Don’t the colleges know all about this?
What about the influence of alumni and university donors on the admissions process? We need to investigate the full extent of corruption in the system. #collegeadmissionsscandal #CollegeCheatingScandal
Felicity Huffman pleads guilty to paying $15,000 to have a proctor boost her daughter’s SAT scores. It is part of one of the largest college admissions scandals.
Huffman pled guilty on Monday to allegations of paying $15,000 to rig her daughter’s SAT score as part of a nationwide college admissions cheating scheme. US Attorney prosecutors are recommending that Huffman spend four months in federal prison and pay a $20,000 fine.
Felicity Huffman admitted to paying $15,000 to help improve her daughter’s SAT score, writing in a statement that she “accepts full responsibility” for her actions and “will accept the consequences.”
Felicity Huffman and Devin Sloane are sworn in for their plea colloquies. Judge Talwani notes she seldom does multiple guilty pleas at once, but is doing so in this case due to the large number of defendants.
Judge Talwani accepts the waivers of indictment. Neither Huffman nor Sloane has been indicted by a grand jury in this case. Instead, they are charged by what’s styled a criminal information … used when a suspect intends to plead guilty.
Felicity Huffman worked with Rick Singer to use Mark Riddell to correct her daughter’s SAT, the teen received a 1420. Huffman wrote Singer “Ruh ro” ala Scooby Doo, when her daughter’s high school wanted to proctor the SAT, but Singer was able to have the girl test elsewhere.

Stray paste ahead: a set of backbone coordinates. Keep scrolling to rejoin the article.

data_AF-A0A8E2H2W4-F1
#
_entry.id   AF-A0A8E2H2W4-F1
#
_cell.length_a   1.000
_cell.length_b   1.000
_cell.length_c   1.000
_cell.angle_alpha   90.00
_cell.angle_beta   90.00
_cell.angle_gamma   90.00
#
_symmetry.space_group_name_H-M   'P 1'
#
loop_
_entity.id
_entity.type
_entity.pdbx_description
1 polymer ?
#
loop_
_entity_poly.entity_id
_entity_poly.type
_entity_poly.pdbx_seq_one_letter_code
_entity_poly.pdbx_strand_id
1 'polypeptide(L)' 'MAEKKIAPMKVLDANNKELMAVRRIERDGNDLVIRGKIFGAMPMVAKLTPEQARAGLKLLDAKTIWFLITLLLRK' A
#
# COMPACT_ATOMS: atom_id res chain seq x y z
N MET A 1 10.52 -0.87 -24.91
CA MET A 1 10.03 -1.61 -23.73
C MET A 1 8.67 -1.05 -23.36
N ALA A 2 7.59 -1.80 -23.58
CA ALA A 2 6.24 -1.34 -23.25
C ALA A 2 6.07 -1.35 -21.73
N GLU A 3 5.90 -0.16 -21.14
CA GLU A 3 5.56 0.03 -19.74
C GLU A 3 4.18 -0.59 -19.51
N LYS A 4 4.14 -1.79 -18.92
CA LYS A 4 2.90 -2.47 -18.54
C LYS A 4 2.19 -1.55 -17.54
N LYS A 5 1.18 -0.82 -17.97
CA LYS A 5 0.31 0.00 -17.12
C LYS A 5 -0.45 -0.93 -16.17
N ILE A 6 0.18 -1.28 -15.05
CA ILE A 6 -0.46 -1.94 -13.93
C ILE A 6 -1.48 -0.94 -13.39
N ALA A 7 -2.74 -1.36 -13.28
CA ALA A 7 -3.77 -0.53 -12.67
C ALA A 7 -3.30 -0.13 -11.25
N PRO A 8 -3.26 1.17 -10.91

Judge Talwani: “Miss Huffman, do you have any dispute that you reached an agreement and ultimately paid Mr. Singer $15,000 to enable Mr. Riddell to correct your daughter’s SAT test?” Felicity Huffman: “No, your honor.”
Oakland woman files $500-billion class-action lawsuit this week against dozens of wealthy parents caught up in the
THEY’RE DOUBLE MAJORING IN
WHITE COLLAR CRIME AND APPLIED HUBRIS
Multiple lawsuits are filed for more than $500 billion accusing Yale, USC and more of letting students ‘waste’ money applying for elite schools when it’s actually rigged in the wake of college admissions cheating scandal
- Two Stanford students, Erica Olsen and Kalea Woods, filed a $5 million class action suit on Wednesday
- Parent Jennifer Kay Toy filed a separate $500 billion lawsuit saying her son was not admitted to some colleges because wealthy parents cheated and bribed
- The Stanford students said they never would have wasted their money applying for Yale or USC if they had known the schools were ‘rigged by fraud’
- Both students claim their degrees have been devalued by the scandal because potential employers may question whether they were admitted on merit
- Third student linked to college admissions scam still attending Stanford, additional $500K in donations to sailing team found — While former Stanford University sailing coach John Vandemoer pleaded guilty to accepting $270,000 in bribes from a bogus charity to “recruit” two teens with little boating experience, the college said Thursday it has discovered the program took in another $500,000 in donations from the same nonprofit linked to a third student who still attends the school.